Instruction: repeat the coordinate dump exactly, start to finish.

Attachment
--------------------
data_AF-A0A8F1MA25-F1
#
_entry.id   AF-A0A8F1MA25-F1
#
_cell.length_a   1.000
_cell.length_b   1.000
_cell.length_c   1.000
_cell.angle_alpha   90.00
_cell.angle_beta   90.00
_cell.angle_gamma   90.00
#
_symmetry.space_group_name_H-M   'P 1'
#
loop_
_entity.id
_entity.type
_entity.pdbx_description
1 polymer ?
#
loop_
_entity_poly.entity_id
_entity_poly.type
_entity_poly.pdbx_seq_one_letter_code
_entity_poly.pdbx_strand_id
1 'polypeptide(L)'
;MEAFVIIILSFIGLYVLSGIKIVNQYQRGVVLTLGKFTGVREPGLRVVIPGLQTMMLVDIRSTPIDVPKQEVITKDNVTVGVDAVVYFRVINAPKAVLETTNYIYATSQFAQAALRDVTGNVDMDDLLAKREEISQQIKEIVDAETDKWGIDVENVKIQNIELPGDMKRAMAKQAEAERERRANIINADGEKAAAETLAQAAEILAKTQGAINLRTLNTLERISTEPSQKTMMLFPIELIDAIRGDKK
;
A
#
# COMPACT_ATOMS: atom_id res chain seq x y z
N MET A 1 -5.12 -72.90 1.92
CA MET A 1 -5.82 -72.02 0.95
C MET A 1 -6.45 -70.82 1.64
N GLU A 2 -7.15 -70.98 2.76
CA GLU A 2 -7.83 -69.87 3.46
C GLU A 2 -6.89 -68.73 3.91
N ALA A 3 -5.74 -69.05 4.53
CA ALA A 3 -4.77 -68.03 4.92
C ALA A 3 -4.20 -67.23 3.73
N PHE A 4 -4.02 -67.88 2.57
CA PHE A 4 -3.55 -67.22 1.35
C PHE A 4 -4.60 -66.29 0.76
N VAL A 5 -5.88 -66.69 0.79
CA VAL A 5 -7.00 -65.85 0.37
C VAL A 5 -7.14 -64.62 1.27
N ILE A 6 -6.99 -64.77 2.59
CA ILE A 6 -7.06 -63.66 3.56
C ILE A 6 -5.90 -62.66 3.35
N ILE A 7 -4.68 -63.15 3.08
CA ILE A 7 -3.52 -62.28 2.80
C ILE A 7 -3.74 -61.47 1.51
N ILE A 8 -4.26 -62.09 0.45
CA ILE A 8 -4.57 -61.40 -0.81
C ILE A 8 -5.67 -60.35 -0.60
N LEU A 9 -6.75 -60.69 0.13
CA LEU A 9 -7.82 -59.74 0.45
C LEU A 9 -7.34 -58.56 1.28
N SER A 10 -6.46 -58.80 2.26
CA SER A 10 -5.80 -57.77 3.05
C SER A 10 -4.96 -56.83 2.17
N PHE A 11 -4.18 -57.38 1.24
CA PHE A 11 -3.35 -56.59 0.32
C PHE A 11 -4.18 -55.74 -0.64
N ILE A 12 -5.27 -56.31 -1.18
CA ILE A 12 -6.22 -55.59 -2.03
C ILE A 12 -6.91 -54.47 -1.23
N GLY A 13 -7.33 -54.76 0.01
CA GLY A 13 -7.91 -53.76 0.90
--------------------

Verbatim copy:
data_AF-A0A8F1MA25-F1
#
_entry.id   AF-A0A8F1MA25-F1
#
_cell.length_a   1.000
_cell.length_b   1.000
_cell.length_c   1.000
_cell.angle_alpha   90.00
_cell.angle_beta   90.00
_cell.angle_gamma   90.00
#
_symmetry.space_group_name_H-M   'P 1'
#
loop_
_entity.id
_entity.type
_entity.pdbx_description
1 polymer ?
#
loop_
_entity_poly.entity_id
_entity_poly.type
_entity_poly.pdbx_seq_one_letter_code
_entity_poly.pdbx_strand_id
1 'polypeptide(L)'
;MEAFVIIILSFIGLYVLSGIKIVNQYQRGVVLTLGKFTGVREPGLRVVIPGLQTMMLVDIRSTPIDVPKQEVITKDNVTVGVDAVVYFRVINAPKAVLETTNYIYATSQFAQAALRDVTGNVDMDDLLAKREEISQQIKEIVDAETDKWGIDVENVKIQNIELPGDMKRAMAKQAEAERERRANIINADGEKAAAETLAQAAEILAKTQGAINLRTLNTLERISTEPSQKTMMLFPIELIDAIRGDKK
;
A
#
# COMPACT_ATOMS: atom_id res chain seq x y z
N MET A 1 -5.12 -72.90 1.92
CA MET A 1 -5.82 -72.02 0.95
C MET A 1 -6.45 -70.82 1.64
N GLU A 2 -7.15 -70.98 2.76
CA GLU A 2 -7.83 -69.87 3.46
C GLU A 2 -6.89 -68.73 3.91
N ALA A 3 -5.74 -69.05 4.53
CA ALA A 3 -4.77 -68.03 4.92
C ALA A 3 -4.20 -67.23 3.73
N PHE A 4 -4.02 -67.88 2.57
CA PHE A 4 -3.55 -67.22 1.35
C PHE A 4 -4.60 -66.29 0.76
N VAL A 5 -5.88 -66.69 0.79
CA VAL A 5 -7.00 -65.85 0.37
C VAL A 5 -7.14 -64.62 1.27
N ILE A 6 -6.99 -64.77 2.59
CA ILE A 6 -7.06 -63.66 3.56
C ILE A 6 -5.90 -62.66 3.35
N ILE A 7 -4.68 -63.15 3.08
CA ILE A 7 -3.52 -62.28 2.80
C ILE A 7 -3.74 -61.47 1.51
N ILE A 8 -4.26 -62.09 0.45
CA ILE A 8 -4.57 -61.40 -0.81
C ILE A 8 -5.67 -60.35 -0.60
N LEU A 9 -6.75 -60.69 0.13
CA LEU A 9 -7.82 -59.74 0.45
C LEU A 9 -7.34 -58.56 1.28
N SER A 10 -6.46 -58.80 2.26
CA SER A 10 -5.80 -57.77 3.05
C SER A 10 -4.96 -56.83 2.17
N PHE A 11 -4.18 -57.38 1.24
CA PHE A 11 -3.35 -56.59 0.32
C PHE A 11 -4.18 -55.74 -0.64
N ILE A 12 -5.27 -56.31 -1.18
CA ILE A 12 -6.22 -55.59 -2.03
C ILE A 12 -6.91 -54.47 -1.23
N GLY A 13 -7.33 -54.76 0.01
CA GLY A 13 -7.91 -53.76 0.90